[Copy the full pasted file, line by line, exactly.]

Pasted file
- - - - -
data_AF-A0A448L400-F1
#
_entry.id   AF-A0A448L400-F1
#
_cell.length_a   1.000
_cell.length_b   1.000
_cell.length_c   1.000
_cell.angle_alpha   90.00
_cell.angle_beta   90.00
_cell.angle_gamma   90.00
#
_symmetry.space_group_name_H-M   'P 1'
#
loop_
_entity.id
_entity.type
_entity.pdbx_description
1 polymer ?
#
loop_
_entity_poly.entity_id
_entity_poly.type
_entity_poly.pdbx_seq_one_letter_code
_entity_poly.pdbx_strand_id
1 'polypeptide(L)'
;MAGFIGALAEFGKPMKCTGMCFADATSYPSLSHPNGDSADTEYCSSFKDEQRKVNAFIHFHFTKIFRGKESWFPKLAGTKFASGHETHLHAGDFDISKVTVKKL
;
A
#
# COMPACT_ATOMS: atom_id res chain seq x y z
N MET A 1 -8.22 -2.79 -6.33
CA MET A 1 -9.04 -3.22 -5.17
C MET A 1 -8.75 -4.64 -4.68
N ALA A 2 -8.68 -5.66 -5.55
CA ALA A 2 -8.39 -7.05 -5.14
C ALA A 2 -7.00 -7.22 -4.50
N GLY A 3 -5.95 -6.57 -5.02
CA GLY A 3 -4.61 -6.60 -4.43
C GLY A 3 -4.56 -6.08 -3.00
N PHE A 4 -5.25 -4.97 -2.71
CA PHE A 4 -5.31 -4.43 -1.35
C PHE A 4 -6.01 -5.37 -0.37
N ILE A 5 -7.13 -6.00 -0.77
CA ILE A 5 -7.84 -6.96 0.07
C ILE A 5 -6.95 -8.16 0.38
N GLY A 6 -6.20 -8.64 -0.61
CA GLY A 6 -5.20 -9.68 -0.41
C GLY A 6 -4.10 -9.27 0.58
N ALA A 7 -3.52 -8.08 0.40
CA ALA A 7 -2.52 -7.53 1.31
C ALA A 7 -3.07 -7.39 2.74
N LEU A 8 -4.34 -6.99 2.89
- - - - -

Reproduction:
data_AF-A0A448L400-F1
#
_entry.id   AF-A0A448L400-F1
#
_cell.length_a   1.000
_cell.length_b   1.000
_cell.length_c   1.000
_cell.angle_alpha   90.00
_cell.angle_beta   90.00
_cell.angle_gamma   90.00
#
_symmetry.space_group_name_H-M   'P 1'
#
loop_
_entity.id
_entity.type
_entity.pdbx_description
1 polymer ?
#
loop_
_entity_poly.entity_id
_entity_poly.type
_entity_poly.pdbx_seq_one_letter_code
_entity_poly.pdbx_strand_id
1 'polypeptide(L)'
;MAGFIGALAEFGKPMKCTGMCFADATSYPSLSHPNGDSADTEYCSSFKDEQRKVNAFIHFHFTKIFRGKESWFPKLAGTKFASGHETHLHAGDFDISKVTVKKL
;
A
#
# COMPACT_ATOMS: atom_id res chain seq x y z
N MET A 1 -8.22 -2.79 -6.33
CA MET A 1 -9.04 -3.22 -5.17
C MET A 1 -8.75 -4.64 -4.68
N ALA A 2 -8.68 -5.66 -5.55
CA ALA A 2 -8.39 -7.05 -5.14
C ALA A 2 -7.00 -7.22 -4.50
N GLY A 3 -5.95 -6.57 -5.02
CA GLY A 3 -4.61 -6.60 -4.43
C GLY A 3 -4.56 -6.08 -3.00
N PHE A 4 -5.25 -4.97 -2.71
CA PHE A 4 -5.31 -4.43 -1.35
C PHE A 4 -6.01 -5.37 -0.37
N ILE A 5 -7.13 -6.00 -0.77
CA ILE A 5 -7.84 -6.96 0.07
C ILE A 5 -6.95 -8.16 0.38
N GLY A 6 -6.20 -8.64 -0.61
CA GLY A 6 -5.20 -9.68 -0.41
C GLY A 6 -4.10 -9.27 0.58
N ALA A 7 -3.52 -8.08 0.40
CA ALA A 7 -2.52 -7.53 1.31
C ALA A 7 -3.07 -7.39 2.74
N LEU A 8 -4.34 -6.99 2.89